Original Research

Cloud leakage in higher education in South Africa: A case of University of Technology

Tshepiso Ntloedibe, Thato Foko, Mmatshuene A. Segooa
South African Journal of Information Management | Vol 26, No 1 | a1783 | DOI: https://doi.org/10.4102/sajim.v26i1.1783 | © 2024 Tshepiso Ntloedibe, Thato Foko, Mmatshuene A. Segooa | This work is licensed under CC Attribution 4.0
Submitted: 12 October 2023 | Published: 16 February 2024

About the author(s)

Tshepiso Ntloedibe, Department of Informatics, Faculty of Information & Communication Technology, Tshwane University of Technology, Tshwane, South Africa
Thato Foko, Department of Informatics, Faculty of Information & Communication Technology, Tshwane University of Technology, Tshwane, South Africa
Mmatshuene A. Segooa, Department of Informatics, Faculty of Information & Communication Technology, Tshwane University of Technology, Tshwane, South Africa

Abstract

Background: Users with knowledge of an organisation can pose risks to Cloud Computing, including current and past employees and external stakeholders with access to the organisation’s cloud. These insiders may engage in intentional or unintentional disruptive behaviors, causing significant harm to the organisation. A study focused on insider threats in South African higher education examined the tactics used by cybersecurity leaders to enforce cybersecurity policies.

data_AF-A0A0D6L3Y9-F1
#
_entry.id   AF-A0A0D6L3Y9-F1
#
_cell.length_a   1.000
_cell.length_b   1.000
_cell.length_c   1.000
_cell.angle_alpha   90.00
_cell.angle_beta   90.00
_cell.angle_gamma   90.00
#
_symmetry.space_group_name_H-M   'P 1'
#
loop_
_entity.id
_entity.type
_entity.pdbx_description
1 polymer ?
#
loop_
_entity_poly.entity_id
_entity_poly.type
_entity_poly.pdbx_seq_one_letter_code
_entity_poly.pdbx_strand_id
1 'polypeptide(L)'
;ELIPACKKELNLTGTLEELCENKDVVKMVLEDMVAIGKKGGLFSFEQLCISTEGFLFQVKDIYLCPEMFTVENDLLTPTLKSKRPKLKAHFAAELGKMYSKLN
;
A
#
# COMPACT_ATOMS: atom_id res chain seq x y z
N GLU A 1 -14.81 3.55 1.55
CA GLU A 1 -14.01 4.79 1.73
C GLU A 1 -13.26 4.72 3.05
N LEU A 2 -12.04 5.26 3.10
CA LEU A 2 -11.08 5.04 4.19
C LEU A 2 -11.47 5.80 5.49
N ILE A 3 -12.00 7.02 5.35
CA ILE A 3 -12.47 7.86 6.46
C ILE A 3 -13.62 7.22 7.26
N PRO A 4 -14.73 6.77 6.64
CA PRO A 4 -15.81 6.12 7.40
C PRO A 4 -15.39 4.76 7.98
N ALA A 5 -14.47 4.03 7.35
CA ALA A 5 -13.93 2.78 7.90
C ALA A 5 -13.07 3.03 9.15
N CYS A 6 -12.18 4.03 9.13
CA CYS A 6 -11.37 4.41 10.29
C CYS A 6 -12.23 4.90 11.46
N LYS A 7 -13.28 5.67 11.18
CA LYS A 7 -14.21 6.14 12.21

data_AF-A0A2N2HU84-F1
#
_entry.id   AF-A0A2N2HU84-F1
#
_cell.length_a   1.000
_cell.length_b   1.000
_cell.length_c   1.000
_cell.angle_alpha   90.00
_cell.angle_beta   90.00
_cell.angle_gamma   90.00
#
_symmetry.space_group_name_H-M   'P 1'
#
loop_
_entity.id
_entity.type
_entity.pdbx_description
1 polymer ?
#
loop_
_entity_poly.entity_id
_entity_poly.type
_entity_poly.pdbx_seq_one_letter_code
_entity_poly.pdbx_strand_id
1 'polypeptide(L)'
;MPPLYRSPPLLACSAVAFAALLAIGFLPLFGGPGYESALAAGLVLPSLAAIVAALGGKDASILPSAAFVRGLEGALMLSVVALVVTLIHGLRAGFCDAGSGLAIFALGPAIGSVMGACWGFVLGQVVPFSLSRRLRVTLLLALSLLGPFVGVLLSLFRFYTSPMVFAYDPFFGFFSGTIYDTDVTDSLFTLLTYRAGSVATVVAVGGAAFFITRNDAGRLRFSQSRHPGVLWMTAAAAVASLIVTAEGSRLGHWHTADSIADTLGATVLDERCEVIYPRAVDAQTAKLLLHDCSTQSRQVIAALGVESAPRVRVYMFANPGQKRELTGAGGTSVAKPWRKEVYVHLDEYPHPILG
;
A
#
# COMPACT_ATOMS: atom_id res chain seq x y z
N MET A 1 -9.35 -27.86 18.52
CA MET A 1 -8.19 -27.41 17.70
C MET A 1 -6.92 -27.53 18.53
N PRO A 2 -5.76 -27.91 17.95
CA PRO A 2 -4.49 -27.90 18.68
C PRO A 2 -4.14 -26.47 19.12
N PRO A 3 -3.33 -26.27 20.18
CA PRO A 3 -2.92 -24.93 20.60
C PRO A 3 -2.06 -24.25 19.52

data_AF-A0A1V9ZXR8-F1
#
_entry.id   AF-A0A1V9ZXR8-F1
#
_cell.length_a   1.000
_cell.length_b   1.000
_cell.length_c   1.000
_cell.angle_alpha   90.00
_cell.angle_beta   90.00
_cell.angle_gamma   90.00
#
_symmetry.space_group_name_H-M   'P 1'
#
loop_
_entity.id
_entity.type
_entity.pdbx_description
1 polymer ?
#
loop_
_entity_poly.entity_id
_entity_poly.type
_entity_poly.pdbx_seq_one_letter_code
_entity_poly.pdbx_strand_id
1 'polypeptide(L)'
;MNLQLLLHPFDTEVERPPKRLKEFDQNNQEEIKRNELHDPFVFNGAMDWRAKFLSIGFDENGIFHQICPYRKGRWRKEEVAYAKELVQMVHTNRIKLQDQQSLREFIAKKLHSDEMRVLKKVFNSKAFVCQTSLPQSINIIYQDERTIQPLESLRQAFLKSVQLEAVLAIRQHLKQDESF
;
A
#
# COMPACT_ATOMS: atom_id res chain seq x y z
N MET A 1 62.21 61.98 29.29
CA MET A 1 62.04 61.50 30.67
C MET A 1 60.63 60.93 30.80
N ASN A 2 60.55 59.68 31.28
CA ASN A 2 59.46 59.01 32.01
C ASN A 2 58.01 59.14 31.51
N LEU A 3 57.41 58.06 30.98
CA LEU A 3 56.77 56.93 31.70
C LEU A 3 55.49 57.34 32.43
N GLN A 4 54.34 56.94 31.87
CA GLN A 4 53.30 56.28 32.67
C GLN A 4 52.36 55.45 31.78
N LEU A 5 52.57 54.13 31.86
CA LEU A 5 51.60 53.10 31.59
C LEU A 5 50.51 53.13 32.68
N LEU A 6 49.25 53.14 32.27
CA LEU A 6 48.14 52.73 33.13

Objectives: The goal of this study was to develop a comprehensive insider mitigation framework for cloud leakage in a South African University.

Method: The study employed qualitative methodologies and a case study approach. Open-ended interviews were conducted to collect data from the participants. The collected data was coded and analysed using ATLAS.ti 22.

Results: The study’s findings revealed that some of the major sources of cloud leakage are a lack of effective training, ineffective information security (IS) policy regulation, and the implementation of information security awareness workshops that provided advice on how information security should be managed in the university.

Conclusion: Insider threats pose a serious risk to organisations. To mitigate this threat, it is crucial for organisations to establish strong security policies and closely monitor employee activities. By conducting a thorough assessment of insider threats, organisations can enhance their understanding of this dynamic threat and strengthen their defenses.

Contribution: Although every employee is ultimately responsible for an organisation’s security, the most effective IS programmes demonstrate strong top-level leadership by setting a ‘tone at the top’ and promoting the benefits of IS through careful policy and guidance.


Keywords

cloud computing; data leakage; insider threat; information security; information systems security policies

JEL Codes

O30: General

Sustainable Development Goal

Goal 4: Quality education

Metrics

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